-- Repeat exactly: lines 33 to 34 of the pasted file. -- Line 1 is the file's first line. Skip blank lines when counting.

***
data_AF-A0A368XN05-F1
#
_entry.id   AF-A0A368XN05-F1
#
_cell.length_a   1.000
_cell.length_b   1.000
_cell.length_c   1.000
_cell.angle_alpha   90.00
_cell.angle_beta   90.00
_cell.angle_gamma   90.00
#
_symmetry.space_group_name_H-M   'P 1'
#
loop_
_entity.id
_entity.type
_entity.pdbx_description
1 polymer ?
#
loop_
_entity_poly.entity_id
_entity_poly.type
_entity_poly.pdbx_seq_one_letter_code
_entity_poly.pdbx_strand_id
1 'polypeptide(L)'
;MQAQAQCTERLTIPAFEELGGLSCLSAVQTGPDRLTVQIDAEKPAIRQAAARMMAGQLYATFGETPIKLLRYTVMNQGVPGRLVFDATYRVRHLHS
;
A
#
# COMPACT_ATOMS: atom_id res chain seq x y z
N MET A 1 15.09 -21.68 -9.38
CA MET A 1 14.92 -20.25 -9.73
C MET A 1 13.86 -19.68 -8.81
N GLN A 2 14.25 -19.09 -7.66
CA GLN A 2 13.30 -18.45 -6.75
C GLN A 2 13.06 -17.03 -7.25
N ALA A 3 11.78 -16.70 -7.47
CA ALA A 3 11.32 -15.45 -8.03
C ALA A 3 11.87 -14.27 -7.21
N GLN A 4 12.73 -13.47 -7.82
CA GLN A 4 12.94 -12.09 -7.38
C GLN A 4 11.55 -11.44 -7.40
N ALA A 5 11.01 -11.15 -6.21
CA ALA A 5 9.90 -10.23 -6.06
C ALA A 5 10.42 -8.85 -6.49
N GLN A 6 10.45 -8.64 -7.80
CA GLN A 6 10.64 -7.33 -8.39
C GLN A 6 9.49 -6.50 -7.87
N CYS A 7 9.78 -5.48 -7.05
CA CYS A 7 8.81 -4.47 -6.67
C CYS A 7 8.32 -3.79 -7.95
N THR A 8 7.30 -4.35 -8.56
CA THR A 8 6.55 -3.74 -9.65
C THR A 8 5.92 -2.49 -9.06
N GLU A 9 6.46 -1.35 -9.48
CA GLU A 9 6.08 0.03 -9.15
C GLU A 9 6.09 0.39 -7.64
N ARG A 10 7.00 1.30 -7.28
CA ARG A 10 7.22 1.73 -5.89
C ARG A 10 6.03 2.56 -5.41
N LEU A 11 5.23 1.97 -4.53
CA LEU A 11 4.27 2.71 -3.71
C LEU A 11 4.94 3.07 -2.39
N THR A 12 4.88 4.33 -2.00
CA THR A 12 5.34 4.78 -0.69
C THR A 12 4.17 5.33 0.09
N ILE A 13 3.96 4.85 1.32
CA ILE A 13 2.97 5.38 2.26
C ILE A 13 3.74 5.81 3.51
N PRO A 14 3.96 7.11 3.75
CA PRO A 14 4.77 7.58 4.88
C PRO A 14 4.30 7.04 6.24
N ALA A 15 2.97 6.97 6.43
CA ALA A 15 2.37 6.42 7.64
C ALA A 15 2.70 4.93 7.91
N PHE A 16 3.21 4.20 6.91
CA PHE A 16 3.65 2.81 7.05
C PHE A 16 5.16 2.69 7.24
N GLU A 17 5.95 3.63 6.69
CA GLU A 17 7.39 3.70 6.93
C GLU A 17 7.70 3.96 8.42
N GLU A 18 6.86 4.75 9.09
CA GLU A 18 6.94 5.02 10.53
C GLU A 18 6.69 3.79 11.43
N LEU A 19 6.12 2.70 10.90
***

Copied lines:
C MET A 1 13.86 -19.68 -8.81
N GLN A 2 14.25 -19.09 -7.66